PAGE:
Album Review: Pentatonix // Pentatonix

Pentatonix caused a surge of interest in acapella music after winning Season 3 of the ‘The Sing Off’ in America, and becoming a worldwide internet sensation. Since then, they have released two Christmas albums and three collections of music and have now released their new self-titled album with nearly completely original tracks. The deluxe edition also contains covers of pop songs, including Justin Bieber’s “Where Are Ü Now”. The group are known for breaking acapella music into the mainstream industry but are also self-confessed “choir nerds”, so this album contains a diverse range of genres.

The album starts with an upbeat song called “Na Na Na”, which instantly sets the most upbeat theme of the album and shows off the group’s tight harmonies. Mitch Grassi takes the lead in the song and all the group members get a chance to shine throughout the album, but with Scott Hoying taking the lead for most. This first track makes very good use of foot stomps and hand claps which seems to become a recurring resource in the album. “Sing”, the third track of the album, has a very similar feel to the first track and is very catchy, likewise with “Na Na Na”.

“Misbehavin’” is one of my favourite tracks of the album by far, creating a laid-back, jazz-like atmosphere, with Avi Kaplan’s bass line holding the song together. This song also exemplifies Scott’s stunning tone in the solo verses, with Mitch taking the lead in the chorus.

The album also contains many more sombre tracks, demonstrating the group’s diverse nature and ability to hit at the heart strings and create extremely emotional music. “Take Me Home” contains tight harmonies and finger-clicking that makes the piece irresistible to be pulled in by.  “Light In the Hallway” is a cleverly arranged and slightly haunting song. Avi, the bass, takes the lead and creates an interesting vibe that is very contrasting to the other tracks in the album. This track was tweeted about by choral composer and conductor Eric Whitacre recently who praised them. “New Year’s Day” is a track with a very anthem-like feel with Scott taking the lead, demonstrating why he takes the solos and soulful tone. The start has a very calm touch until after the first chorus where beatboxer Kevin Olusola kicks in, but there is more percussion than just Kevin which does distract from his incredible capabilities.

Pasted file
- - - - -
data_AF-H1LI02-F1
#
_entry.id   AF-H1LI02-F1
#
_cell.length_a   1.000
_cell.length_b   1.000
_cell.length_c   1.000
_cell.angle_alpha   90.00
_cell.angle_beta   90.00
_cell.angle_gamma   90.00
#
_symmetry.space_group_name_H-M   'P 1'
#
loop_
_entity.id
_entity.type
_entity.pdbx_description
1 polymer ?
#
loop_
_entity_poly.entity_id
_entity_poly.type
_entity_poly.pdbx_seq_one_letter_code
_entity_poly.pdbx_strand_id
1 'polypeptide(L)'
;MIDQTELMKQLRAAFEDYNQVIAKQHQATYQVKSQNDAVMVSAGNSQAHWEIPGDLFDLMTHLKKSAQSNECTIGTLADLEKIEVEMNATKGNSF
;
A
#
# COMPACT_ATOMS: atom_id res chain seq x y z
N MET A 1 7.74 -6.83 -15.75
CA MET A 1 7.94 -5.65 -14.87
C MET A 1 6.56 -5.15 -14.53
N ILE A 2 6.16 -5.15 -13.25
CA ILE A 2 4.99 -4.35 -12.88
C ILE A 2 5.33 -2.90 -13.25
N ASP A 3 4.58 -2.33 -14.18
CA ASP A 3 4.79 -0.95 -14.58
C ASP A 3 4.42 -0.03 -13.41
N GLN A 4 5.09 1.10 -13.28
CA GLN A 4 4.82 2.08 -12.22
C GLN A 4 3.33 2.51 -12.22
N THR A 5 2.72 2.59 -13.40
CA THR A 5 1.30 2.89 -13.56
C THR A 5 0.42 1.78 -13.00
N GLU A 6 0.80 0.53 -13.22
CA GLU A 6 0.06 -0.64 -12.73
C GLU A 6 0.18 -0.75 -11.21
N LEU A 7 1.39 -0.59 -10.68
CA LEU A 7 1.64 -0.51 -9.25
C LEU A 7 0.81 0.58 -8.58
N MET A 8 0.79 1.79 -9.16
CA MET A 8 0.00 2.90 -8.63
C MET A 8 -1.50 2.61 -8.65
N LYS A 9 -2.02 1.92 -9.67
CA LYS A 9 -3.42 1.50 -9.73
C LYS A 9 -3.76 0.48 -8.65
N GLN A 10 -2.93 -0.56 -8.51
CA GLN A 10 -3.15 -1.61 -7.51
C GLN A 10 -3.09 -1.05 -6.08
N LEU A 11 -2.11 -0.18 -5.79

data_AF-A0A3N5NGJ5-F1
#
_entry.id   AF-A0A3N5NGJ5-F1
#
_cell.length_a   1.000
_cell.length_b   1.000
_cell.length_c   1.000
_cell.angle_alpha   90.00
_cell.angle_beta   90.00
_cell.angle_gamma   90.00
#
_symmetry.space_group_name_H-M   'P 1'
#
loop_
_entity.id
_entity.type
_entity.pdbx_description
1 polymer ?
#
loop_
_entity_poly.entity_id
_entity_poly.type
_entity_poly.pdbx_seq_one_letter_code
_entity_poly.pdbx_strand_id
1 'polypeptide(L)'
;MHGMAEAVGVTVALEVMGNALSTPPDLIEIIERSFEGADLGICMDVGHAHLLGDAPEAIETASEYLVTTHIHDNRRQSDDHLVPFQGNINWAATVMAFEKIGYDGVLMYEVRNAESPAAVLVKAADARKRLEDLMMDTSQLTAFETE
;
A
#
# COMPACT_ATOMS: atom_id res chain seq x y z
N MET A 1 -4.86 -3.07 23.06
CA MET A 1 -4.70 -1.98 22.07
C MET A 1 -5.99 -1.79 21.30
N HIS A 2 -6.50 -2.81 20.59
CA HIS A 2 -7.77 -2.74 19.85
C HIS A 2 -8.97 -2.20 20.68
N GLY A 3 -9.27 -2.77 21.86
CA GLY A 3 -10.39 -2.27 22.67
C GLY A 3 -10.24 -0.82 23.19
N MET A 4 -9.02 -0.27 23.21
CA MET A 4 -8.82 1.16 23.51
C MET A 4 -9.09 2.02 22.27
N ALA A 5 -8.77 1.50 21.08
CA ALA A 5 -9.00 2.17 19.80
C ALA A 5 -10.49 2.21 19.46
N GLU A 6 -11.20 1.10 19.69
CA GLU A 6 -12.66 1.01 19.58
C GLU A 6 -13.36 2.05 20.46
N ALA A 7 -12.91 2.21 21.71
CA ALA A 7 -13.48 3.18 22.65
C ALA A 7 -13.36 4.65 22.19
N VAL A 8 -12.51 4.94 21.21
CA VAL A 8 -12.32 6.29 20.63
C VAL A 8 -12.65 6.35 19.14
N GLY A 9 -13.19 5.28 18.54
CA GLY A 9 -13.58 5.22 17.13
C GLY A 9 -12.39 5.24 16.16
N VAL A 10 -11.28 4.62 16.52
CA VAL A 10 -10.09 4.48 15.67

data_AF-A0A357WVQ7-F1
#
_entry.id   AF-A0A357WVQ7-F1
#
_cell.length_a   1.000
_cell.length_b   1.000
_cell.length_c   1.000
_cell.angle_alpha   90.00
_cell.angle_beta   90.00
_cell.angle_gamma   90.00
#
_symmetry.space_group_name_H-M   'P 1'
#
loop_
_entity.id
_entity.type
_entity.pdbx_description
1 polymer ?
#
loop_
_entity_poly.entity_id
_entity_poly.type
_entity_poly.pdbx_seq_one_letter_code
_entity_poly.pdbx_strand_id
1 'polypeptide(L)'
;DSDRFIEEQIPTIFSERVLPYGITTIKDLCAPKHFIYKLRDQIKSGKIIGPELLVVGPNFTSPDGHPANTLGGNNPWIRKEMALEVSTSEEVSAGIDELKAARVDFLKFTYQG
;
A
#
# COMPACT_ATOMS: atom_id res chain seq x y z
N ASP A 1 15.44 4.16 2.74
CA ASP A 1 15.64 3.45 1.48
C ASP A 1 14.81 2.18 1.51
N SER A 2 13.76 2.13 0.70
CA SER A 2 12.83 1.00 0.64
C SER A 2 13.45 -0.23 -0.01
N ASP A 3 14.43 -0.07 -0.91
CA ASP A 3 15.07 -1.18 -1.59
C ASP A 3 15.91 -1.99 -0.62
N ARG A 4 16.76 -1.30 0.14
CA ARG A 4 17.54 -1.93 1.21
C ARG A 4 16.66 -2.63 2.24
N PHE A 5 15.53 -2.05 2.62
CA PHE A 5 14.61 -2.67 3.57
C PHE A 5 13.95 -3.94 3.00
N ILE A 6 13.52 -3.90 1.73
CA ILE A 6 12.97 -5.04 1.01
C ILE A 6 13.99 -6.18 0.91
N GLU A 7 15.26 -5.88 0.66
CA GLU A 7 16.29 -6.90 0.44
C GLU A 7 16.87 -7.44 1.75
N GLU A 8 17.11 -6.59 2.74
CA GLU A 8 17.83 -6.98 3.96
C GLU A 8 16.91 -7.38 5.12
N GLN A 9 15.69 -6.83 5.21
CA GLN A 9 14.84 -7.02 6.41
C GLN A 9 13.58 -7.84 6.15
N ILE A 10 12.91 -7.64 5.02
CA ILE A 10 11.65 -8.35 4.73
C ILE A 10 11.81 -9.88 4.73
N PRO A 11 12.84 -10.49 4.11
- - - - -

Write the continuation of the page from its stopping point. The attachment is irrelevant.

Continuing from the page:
Overall this is a very cleverly formed album, with a fantastic ‘feel-good’ factor, almost always making you feel the urge to join in or click/clap along. However, this album, compared to their previous tracks, sometimes feels over-produced, diverting from their core acapella origins. Despite this, it is still a thoroughly well produced album and is my favourite collection of tracks by Pentatonix so far. They have managed to make ‘choir nerds’ and acapella ‘cool’ and have been accepted by many mainstream supporters, which is a difficult thing to do and which they have achieved very successfully with their worldwide tours. Long may acapella continue!

Words by Will Moore

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